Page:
Apple City Barbecue's Smoked Pulled Pork
The smoke billowed out the side of the grill, casting a haze over the small deck of my sister's house. It smelled of sweet wood, pork fat, and vinegary sauce. I listened patiently to Hank Williams, drank cheap beer, and thought about starting my life over. Why am I wasting my life doing anything other than this? I could sit around and smoke meat for the rest of my life. Honestly, I'd never felt happiness like this before. I hinted at this with the bacon post, but there is real pleasure in smoking meat. And that pleasure is multiplied the longer the operation goes on. It only gets better.
Now this feeling of ultimate satisfaction occurred before I ever even tasted the meat. This just proves the what a crazy business barbecue actually is. I think other people have caught this bug. From the number of barbecue places popping up in the Midwest, I'd say that nearly everyone who has eaten good barbecue has dreamed about the slow life of cooking it for a living.
But cooking great barbecue is not simple and it is not easy. That's what I've learned while flipping through Mike Mill's Peace, Love, and Barbecue. I've tried a few simple recipes from the book, but without proper smoking equipment I couldn't really delve in. But with the grill already smoking with some of my American bacon, I decided to go all out and make real pulled pork.
My last attempt at making pulled pork sandwiches was high in enthusiasm but abysmally low in finesse. All I had was a little hibachi grill that I fueled with some self-starting charcoal. The charcoal would spend its fuel after about an hour, so I'd have to remove the meat, dump the used charcoal, light some more, wait 20 minutes until it had ashed over, and then set the meat back on and start again. I had no idea what the temperature was, or what the meat should look like. Despite all these inadequacies, the meat tasted real good, and was a hit for a backyard grill out.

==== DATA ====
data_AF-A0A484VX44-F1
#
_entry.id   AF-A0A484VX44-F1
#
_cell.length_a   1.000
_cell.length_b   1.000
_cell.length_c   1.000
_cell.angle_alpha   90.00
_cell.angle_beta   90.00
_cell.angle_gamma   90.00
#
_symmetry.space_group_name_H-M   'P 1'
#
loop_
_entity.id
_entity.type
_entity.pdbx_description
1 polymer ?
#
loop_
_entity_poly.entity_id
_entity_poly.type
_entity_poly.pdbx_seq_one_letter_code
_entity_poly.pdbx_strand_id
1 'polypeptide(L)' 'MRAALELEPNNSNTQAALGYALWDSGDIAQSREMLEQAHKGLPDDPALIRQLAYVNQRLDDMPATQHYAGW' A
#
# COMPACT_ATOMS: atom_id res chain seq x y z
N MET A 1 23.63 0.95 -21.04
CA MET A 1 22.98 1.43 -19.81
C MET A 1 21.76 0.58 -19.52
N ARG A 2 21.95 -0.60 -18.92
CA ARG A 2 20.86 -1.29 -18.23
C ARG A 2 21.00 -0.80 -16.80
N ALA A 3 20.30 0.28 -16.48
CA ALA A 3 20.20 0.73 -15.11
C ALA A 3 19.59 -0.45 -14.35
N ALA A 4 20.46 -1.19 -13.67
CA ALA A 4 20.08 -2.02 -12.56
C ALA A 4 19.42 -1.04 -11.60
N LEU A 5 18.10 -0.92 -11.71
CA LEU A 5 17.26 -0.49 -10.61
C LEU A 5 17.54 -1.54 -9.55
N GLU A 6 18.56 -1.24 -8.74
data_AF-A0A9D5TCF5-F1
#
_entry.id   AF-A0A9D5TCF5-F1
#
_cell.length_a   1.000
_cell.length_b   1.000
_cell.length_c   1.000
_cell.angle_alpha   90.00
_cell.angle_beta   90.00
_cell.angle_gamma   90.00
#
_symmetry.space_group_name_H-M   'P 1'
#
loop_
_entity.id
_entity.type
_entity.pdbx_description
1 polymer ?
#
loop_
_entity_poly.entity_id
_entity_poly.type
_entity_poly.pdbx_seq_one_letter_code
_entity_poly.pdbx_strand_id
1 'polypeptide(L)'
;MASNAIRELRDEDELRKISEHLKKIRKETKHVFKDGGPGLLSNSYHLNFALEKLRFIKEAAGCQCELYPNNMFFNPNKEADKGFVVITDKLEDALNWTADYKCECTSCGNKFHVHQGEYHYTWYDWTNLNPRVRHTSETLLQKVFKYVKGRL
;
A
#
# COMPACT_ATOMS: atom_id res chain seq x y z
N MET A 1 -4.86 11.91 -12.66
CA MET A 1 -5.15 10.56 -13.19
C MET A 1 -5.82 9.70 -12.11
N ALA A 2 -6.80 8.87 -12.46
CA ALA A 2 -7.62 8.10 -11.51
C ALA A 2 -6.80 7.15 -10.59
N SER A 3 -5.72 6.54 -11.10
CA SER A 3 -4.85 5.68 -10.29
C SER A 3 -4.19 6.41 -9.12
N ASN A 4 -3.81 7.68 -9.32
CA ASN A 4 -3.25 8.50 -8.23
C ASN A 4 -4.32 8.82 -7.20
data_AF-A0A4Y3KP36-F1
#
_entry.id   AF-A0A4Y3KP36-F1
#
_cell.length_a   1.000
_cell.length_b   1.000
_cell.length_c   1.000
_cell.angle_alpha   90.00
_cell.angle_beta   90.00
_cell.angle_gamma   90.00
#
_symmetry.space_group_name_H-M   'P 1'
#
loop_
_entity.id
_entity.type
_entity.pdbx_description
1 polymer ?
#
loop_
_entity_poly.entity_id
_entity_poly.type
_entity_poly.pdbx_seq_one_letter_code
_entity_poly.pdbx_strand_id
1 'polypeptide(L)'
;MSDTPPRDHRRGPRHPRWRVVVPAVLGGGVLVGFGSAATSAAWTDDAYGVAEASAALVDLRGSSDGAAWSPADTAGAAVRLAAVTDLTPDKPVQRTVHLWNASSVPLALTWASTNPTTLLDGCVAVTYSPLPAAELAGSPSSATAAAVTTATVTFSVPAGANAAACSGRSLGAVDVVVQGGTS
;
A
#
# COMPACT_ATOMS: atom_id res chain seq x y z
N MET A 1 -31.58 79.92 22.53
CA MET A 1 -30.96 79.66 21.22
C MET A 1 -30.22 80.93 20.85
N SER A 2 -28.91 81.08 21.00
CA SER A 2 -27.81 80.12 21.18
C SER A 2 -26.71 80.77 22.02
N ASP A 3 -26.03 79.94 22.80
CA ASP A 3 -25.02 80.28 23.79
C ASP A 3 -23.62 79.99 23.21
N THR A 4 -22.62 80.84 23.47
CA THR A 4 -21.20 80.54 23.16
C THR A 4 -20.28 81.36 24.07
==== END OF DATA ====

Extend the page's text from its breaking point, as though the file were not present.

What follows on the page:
But I didn't want something that tasted good, I wanted ethereal barbecue, the likes of which I have only tasted on very rare occasions. Instead of the North Carolina style of my last version, this is from Apple City Barbecue in Southern Illinois. It has a balanced sauce, that is slightly sweet, tangy, and loaded with...well, apple.
This version was not executed perfectly. I'm not sure that can be done on a gas grill, but it is such a vast improvement over my last attempt that I felt like documenting every second.
This recipe is obviously not quick, and it can seem overwhelming. It has 22 individual ingredients, takes two days of down time, and 5 hours of constant watching on the grill. There is a rub, a mop sauce, AND a barbecue sauce. If you're like me, you'll want cole-slaw on it, too.